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8 Essential Film Noir Movies MoMI is Resurrecting From the 1940s

8 Essential Film Noir Movies MoMI is Resurrecting From the 1940s

Film noir lovers in the New York City area are about to get the treat of a lifetime courtesy of the Museum of the Moving Image. Starting tomorrow, November 13, MoMI will host the “Lonely Places: Film Noir and the American Landscape” retrospective series, which includes fifteen American noir films made between 1945 and 1960 that capture a variety of settings, hardboiled detectives and beautiful femme fatales. The films have all been hand-selected by guest curator Sara Smith, and her decision to explore the 1940s means cinephiles will have the rare chance to see hard-to-screen and obscure classics in the genre on the big screen.

For a complete schedule and tickets to all the “Lonely Places” screenings, head over to the MoMI website. Listed below are Indiewire’s eight film noir movies from the 1940s not to miss during the retrospective. Synopses and showtimes provided by MoMI. 

READ MORE: 10 Rare Gems MoMA Just Saved From Obscurity

“Out of the Past” (Jacques Tourneur, 1947)

The definitive film noir is also one of the most diverse in its settings, as Robert Mitchum’s dreamily fatalistic private eye drifts through country towns, rugged mountains, Mexican beaches, New York jazz clubs, plush San Francisco pads, and cabins in dark pine woods. Wherever he goes, he knows he can’t escape the consequences of past mistakes—double-crossing a powerful gangster, falling in love with Jane Greer’s alluring femme fatale. The irresistibly quotable dialogue plays like a series of jazz riffs on the theme of disenchantment, but Tourneur’s film, with ravishing cinematography by Nicholas Musuraca, is a source of perennial enchantment. Screenings: November 13 at 7:30pm, November 15 at 7:00pm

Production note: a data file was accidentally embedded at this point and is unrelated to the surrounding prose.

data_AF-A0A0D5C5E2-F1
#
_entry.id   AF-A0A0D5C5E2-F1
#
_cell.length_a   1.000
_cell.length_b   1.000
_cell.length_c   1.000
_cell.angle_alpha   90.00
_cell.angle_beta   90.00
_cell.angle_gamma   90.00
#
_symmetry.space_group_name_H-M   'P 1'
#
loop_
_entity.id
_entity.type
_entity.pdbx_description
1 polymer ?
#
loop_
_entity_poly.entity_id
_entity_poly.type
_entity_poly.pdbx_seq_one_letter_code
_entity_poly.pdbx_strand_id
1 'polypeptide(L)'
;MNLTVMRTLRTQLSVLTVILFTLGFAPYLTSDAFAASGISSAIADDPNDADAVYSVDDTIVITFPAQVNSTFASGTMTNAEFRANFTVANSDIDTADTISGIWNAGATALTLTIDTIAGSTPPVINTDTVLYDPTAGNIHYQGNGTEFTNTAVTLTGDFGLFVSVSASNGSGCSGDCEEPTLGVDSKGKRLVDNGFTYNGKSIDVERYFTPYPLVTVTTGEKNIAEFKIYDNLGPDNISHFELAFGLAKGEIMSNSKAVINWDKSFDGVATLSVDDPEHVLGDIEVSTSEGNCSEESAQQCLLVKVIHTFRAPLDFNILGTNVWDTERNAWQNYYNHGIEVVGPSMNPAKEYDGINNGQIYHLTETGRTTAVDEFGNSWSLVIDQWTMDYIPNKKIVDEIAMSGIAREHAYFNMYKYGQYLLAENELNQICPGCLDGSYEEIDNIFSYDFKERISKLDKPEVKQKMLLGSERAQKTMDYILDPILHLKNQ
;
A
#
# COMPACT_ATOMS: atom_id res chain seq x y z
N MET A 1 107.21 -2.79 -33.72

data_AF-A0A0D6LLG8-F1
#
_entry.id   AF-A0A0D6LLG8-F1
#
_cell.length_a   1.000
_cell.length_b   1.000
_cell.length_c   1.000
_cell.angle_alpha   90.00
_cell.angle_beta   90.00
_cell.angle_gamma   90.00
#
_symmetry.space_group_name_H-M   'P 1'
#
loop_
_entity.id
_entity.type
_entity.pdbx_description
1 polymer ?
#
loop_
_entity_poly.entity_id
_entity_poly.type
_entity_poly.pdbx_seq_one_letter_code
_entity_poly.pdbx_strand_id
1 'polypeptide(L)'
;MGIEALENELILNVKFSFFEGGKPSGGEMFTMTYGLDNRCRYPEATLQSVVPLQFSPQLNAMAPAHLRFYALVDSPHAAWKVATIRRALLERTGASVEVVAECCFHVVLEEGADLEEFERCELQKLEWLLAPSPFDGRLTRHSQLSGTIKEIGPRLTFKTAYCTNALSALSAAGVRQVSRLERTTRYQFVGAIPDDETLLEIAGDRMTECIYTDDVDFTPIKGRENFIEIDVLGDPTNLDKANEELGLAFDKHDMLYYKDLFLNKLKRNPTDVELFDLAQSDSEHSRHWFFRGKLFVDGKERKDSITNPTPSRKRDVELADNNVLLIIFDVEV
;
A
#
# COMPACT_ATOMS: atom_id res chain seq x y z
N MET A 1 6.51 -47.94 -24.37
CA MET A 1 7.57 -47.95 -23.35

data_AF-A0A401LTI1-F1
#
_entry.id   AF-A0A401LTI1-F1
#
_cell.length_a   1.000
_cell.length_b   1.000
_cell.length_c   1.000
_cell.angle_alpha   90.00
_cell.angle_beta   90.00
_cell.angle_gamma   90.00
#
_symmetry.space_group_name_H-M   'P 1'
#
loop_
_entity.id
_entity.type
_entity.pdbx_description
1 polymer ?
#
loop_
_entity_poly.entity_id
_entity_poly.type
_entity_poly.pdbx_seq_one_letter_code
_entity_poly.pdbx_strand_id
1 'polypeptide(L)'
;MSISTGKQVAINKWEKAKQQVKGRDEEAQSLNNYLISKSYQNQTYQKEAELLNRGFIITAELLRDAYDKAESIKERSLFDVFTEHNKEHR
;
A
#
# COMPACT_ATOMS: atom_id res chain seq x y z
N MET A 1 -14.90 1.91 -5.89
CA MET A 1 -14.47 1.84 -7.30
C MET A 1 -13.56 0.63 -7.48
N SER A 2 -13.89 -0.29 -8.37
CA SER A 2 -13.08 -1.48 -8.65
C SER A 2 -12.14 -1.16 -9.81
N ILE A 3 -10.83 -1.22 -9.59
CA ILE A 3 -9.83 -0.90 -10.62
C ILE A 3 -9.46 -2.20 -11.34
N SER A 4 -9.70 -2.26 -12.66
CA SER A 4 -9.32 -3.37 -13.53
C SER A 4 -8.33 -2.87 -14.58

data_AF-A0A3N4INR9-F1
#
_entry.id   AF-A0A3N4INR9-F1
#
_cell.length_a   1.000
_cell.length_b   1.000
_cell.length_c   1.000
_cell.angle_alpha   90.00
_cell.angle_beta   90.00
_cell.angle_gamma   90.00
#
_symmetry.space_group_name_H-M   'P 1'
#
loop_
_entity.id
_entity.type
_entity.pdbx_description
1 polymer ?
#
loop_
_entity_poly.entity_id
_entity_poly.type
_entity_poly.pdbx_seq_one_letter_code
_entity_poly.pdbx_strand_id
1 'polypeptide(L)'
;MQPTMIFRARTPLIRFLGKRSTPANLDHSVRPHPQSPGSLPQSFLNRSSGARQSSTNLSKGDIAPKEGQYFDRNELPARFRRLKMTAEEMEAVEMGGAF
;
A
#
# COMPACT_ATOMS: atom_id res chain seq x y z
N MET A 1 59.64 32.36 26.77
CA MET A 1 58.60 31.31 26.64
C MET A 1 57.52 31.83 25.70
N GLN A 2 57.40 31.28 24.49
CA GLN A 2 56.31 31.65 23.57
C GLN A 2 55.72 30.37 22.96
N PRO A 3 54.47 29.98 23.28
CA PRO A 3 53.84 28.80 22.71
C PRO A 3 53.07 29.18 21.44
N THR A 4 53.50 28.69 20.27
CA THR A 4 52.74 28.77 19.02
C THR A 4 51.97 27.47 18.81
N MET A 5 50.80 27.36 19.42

“The Reckless Moment” (Max Ophüls, 1949)

Ophüls’s last Hollywood film shows his trademark elegantly moving camera and sophisticated use of space, but authentically captures the look, sound and feel of a prosperous yet anxious postwar America and what screenwriter Robert Soderberg called “the American woman—the trapped woman,” a willing prisoner of her family. “The Reckless Moment” is a complex and ambivalent treatment of suburban values and that controversial icon, the American mother. In this tender, understated love story, the underworld blackmailer threatening a respectable housewife whose daughter accidentally killed a man turns out to be the one person who truly understands and appreciates her. Screening: November 14 at 2:00pm

“Nightmare Alley” (Edmund Goulding, 1947)

Capturing the sleazy allure of the carny through Lee Garmes’s atmospheric cinematography, “Nightmare Alley” follows a crooked psychic who rises from fairground swindles to classy nightclub acts and an unholy alliance with a manipulative psychoanalyst. With the precision and ruthlessness of a scalpel, Jules Furthman’s script dissects the mind-reading scam, in which trust and feigned empathy are just a means for bilking money out of suckers. Tyrone Power plumbs the depths of corruption and degradation as an homme fatale at once arrogant and perversely drawn to the lowest depths. The true noir landscape, this film reveals, is the human mind. Screening: November 15 at 2:00pm

“The Amazing Mr. X” (Bernard Vorhaus, 1948)